His early interest in the mechanics of building is also a thread found in his description of some of his art school training later in Michigan, when he says that at the Cranbrook School he was able to experiment with wood and metal:“I saw some of the tools that were there [at Cranbrook] and when I see tools I want to get busy with them”.

 
A workshop at Cranbrook, 2012

Throughout his storytelling he also recognizes ways his family supported his interest in the arts, even indirectly. I quote at length:

I recall my father’s brothers (they were five brothers) had some interest in the arts. They themselves played some instruments and occasionally they would get together, chamber music you know. This to me was a great event. I would listen almost enchanted by whatever sounds they produced and during these sessions also they would talk and discuss and I always paid attention to their conversation which quite often drifted out to the arts. They would tell their personal experiences, one would visit Rome and so forth and would tell  about what he had seen and well the names of Michelangelo and so on came and to me it opened up a new world. I didn’t know really who Michelangelo was and I did not know what he did but by the sound of that conversation, by the way they presented it it surely drew my attention and I became more curious and I looked into more and more, and so whenever the occasion arose my tendency was to draw towards the arts rather than any other activity.

When he emigrated to Detroit in 1930, his older brother, who was already settled in the U.S. and working as a laborer for Ford, advised him to study rather than immediately look for work: “he was very instrumental in encouraging me to go to school.” And that’s what he did. First at the Cass Technical High School in Detroit, then the Detroit Arts and Crafts School, and finally at the influential Cranbrook School.

(As an aside, he also explains that he was not drafted into the U.S. army during WW II because of a complication with his residency documents: “It turned out that my entry to Detroit was by way of Canada and the destination was Windsor and not Detroit and therefore this made my entry into the United States illegal and so this had to be ironed out”.)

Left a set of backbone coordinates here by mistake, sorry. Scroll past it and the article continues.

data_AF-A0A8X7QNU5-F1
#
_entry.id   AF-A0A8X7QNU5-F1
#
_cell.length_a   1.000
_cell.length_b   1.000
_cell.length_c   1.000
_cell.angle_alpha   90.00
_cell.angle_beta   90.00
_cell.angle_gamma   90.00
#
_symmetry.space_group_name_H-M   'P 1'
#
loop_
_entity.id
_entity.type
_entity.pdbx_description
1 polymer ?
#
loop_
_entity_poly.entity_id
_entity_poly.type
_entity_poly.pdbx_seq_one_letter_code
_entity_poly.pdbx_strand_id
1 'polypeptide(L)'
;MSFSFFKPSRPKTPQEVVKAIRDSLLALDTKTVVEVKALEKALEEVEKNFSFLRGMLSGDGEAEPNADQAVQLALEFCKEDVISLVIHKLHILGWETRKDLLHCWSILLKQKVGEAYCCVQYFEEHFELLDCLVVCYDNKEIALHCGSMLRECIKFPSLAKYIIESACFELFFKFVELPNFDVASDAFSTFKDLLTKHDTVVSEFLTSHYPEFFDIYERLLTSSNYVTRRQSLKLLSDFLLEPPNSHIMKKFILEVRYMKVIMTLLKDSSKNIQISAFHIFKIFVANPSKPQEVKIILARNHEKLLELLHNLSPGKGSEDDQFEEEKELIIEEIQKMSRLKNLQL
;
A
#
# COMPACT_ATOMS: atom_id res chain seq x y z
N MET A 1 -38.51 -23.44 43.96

Commissioned Bertoia "wall screen" that used to be at 510 Fifth Avenue, New York City

 

In this retelling of his life, Bertoia reflects briefly on the trip that his daughter notes on Rossi’s blog post. After 30 years, he returned to an Italy that he did not know at all; not so much because of the changes that had occurred in Italy, but because as a youth he had only experienced what was accessible to him by bicycle.

And this really was to me so wonderful because for the first time I began to sense that continuity that existed all along, from the Greek spirit, southern Italy and other parts, in other words the Mediterranean came to flavor my existence, and the few coastal towns I saw I thought each one just a dream. Amalfi, Sorrento, just beautiful. The light was so enchanting as a matter of fact that I couldn’t possibly find it conducive to work. You know work requires an amount of battling and the light is so beautiful it would have to be observed, waste time in watching it. Italy was that enchanted portion of my life—brief as it was but still meaningful.

The references here to how his travels informed his future work are pretty abstract —made more concrete by his daughter’s reference to the “huge bursting shapes” he went on to construct. The meaning of this “enchanted portion” of his work is an aspect of Bertoia’s oeuvre still to be unpacked as we develop new ways of conceptualizing Italian American visual culture.


Bertoia in his studio


[Special thank you to Jeanne V. Diller and the Oakland Public Library.]